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Coping with infertility

It can be very difficult to learn that chemotherapy has affected your ability to have children (fertility). You can get support to help you cope.

Some chemotherapy drugs cause infertility. This means that you can't have children. It may be temporary or permanent, depending on the drugs you have, your age and other factors.

Many people go on to have healthy children after chemotherapy. But some chemotherapy drugs can cause permanent infertility, especially in high doses.

It’s important to discuss the risk of infertility with your doctor before you start your treatment. Sometimes it’s possible for your doctor to suggest treatment that is less likely to cause infertility.

If you have a partner, they'll probably want to join in the discussion. Then you can both learn all the facts. It's also a chance to talk over your feelings and choices for the future.

Your feelings about infertility

It can be very difficult to learn that you might no longer be able to have children. But people might react in different ways:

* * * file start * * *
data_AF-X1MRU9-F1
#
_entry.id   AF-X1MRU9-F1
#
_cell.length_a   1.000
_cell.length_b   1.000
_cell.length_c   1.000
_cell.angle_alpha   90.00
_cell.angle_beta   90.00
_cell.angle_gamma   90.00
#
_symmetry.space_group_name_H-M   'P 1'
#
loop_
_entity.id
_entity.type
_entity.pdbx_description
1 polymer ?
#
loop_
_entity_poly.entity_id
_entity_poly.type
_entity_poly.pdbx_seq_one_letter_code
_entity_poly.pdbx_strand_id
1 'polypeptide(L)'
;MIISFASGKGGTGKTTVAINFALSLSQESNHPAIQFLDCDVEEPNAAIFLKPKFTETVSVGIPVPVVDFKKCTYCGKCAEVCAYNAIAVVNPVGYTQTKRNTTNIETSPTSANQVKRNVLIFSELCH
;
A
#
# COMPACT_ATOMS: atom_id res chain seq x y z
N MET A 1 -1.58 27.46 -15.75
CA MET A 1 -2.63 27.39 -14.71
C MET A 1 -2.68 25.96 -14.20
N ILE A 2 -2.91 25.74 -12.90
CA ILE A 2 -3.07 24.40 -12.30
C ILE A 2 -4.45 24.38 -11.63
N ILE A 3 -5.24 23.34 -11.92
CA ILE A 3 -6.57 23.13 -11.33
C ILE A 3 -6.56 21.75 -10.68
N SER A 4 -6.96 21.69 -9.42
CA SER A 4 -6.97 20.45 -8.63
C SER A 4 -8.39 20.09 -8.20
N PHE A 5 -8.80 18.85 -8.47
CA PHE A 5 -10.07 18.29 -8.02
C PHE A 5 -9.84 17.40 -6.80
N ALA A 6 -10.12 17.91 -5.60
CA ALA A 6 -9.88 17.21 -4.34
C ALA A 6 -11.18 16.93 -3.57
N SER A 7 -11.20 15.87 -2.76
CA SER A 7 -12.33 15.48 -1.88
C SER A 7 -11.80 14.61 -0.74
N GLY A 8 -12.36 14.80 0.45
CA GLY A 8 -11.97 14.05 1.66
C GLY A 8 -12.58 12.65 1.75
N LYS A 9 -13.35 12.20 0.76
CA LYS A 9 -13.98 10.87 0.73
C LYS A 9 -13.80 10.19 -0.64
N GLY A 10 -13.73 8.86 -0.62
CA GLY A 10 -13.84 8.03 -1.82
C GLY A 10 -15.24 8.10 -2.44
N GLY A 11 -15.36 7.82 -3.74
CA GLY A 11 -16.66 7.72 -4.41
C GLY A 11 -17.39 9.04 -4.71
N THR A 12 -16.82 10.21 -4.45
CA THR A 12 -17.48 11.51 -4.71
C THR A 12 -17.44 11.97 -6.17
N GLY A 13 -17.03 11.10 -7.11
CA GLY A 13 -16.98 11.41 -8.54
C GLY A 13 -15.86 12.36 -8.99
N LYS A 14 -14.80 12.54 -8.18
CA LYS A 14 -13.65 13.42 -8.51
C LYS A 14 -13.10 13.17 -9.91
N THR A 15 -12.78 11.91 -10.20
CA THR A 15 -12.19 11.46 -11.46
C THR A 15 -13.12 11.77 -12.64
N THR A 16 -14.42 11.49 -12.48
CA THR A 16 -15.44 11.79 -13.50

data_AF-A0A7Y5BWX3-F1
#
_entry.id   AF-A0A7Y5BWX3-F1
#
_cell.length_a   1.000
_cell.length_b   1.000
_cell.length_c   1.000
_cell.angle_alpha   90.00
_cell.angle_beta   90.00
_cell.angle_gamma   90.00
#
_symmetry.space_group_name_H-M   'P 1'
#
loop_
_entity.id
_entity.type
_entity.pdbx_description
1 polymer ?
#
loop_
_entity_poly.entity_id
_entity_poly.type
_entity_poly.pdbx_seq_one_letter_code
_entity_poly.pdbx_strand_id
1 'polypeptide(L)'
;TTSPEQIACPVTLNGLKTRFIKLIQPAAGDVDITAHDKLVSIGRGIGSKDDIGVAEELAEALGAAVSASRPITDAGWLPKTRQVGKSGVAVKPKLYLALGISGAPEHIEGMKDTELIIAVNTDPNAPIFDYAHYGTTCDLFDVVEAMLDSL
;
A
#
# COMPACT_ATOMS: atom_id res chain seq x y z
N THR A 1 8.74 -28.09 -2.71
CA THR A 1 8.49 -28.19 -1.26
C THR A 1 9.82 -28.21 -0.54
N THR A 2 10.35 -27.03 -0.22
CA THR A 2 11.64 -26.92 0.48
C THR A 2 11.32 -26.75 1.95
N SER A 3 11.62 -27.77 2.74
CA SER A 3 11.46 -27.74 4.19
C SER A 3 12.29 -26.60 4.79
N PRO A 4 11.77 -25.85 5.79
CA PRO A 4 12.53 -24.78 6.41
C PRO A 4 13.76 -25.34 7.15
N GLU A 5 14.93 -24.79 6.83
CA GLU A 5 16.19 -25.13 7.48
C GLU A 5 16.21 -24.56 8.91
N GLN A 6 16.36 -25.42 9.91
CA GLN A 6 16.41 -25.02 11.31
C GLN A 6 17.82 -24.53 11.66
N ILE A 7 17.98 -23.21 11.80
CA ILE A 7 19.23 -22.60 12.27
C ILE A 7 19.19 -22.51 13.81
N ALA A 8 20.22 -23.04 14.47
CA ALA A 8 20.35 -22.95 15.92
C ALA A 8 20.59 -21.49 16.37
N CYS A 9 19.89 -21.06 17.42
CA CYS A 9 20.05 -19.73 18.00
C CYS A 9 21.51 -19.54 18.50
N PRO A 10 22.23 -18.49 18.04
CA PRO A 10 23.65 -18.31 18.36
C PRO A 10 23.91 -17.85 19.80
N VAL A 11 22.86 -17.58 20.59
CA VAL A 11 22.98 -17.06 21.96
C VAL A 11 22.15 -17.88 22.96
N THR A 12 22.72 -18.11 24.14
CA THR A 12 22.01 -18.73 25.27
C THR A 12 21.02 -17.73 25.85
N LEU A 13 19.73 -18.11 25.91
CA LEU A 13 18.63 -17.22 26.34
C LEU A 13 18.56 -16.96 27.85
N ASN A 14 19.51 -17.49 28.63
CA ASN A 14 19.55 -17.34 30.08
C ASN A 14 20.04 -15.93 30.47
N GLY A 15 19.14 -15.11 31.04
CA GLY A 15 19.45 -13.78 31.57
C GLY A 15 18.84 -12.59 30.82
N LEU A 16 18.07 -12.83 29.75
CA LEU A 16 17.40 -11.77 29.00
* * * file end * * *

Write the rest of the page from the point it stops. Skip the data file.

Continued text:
• It can feel devastating if you wanted to have a child, or wanted more children
  • Some people are able to accept it and feel that beating cancer is more important
  • Others seem to accept the news calmly when they start treatment, but find it hits them later when the treatment is over

It’s normal for people to feel anxious, afraid or depressed about how cancer and treatment have affected their lives. It can help to know that you're not alone. Most people have felt like you at some time during their treatment. Like them, you can overcome feeling afraid or discouraged.

Not being able to have children might make you feel like you have lost a part of yourself and are less masculine or less feminine. You may be very sad or angry that the drugs have changed your body. Your self confidence can drop.

Getting help and support

It can help to talk to a close friend or relative. Or you may prefer to talk to someone outside your circle of family and friends.

Ask your chemotherapy nurse about available counselling and support groups. Speaking with people who understand and have gone through similar things can be a great comfort. You can also look in our counselling section for information about finding a counsellor.

You and your partner may want to speak to a therapist or counsellor specialising in fertility problems. Ask your doctor or cancer nurse about this.

You may also find some of the books in our general reading list useful. Some are written by patients who have coped with infertility. They can give you support and ideas to help you come to terms with infertility and other problems caused by chemotherapy. 

Information and help

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About Cancer generously supported by Dangoor Education since 2010.